Now that the 2012 election and all the partisan sniping that preceded it are finally over, it has occurred to me that the thing that’s missing in our country right now is a cooperative approach to solving society’s problems. By that, I mean we have to learn – or perhaps relearn – how to start collaborating rather than confronting each other on issues in order to achieve the best possible outcomes. It’s time we quit blindly promoting our own affiliations and individual interests to the detriment of others, and became more cognizant of the fact that none of us has the all the answers, but that we all have pieces of the solutions – and that the only way we can put them all together is to come together ourselves with the higher purpose of achieving common objectives, rather than trying to outmaneuver each other. Whatever the dilemmas we face, there is no doubt in my mind that having the right group around the table with personal and professional agendas set aside and members working together to meld individual ideas into a unified whole is the real key to moving forward with meaningful and lasting reforms.
I would particularly like to see such an approach taken to one of my favorite issues – sustainability, and how best to achieve it. There are any number of aspects that could be tackled via such a roundtable discussion – for example, how to tackle climate change so as to prevent future Sandys and thus help preserve the sustainability of our habitat. Or ways to we might keep 40 percent of our food from being wasted while so many people go hungry. Or we could just address the problem of waste in general, and how it can be reduced or eliminated. We could begin by throwing out some questions – like why are people under the misapprehension we are doing a good job with recycling today when our actual rates are so dismal? Or why are we only managing to reprocess 30 percent of our motor oil when it is really a miraculous substance that can be used over and over with performance actually improving? Or why do we think organic food has been so successful when it currently represents less than three percent of our total food purchases? And maybe once we stopped colliding and started collaborating, we’d come up with some really constructive answers.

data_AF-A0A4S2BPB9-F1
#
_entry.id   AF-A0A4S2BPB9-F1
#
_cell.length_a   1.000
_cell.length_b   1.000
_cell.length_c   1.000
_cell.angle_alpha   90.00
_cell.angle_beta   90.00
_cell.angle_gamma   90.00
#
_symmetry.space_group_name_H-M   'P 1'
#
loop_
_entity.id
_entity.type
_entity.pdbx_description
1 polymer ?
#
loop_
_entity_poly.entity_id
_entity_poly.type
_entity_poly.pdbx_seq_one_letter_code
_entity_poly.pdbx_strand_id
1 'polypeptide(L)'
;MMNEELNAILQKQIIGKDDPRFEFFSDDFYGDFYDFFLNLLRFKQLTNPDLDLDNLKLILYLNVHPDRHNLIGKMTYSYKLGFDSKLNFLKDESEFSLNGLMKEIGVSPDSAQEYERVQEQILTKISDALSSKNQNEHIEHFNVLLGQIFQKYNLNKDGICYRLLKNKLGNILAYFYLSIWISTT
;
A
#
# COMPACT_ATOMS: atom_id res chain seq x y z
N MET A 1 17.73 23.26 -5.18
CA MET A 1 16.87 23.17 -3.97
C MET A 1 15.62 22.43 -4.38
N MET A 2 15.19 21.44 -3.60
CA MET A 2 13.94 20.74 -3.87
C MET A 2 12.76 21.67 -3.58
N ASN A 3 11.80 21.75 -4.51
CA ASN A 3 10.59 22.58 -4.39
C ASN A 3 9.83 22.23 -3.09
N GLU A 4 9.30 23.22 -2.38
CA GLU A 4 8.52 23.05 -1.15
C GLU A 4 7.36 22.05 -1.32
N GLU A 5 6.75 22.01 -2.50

If we can take away one thing from this acrimonious and disconcerting election, it is that we really need to understand what the facts of any given situation are as opposed to partisan hype and distortions, and get people from opposing camps and interest groups to bury their differences and find common ground. And I’m not simply talking about avoiding the so-called fiscal cliff, which really doesn’t concern me. What I am worried about is the toxic cliff we’re now speeding toward – unless we’re able to get a unified and determined “steering committee” together that can successfully manage to put us into reverse.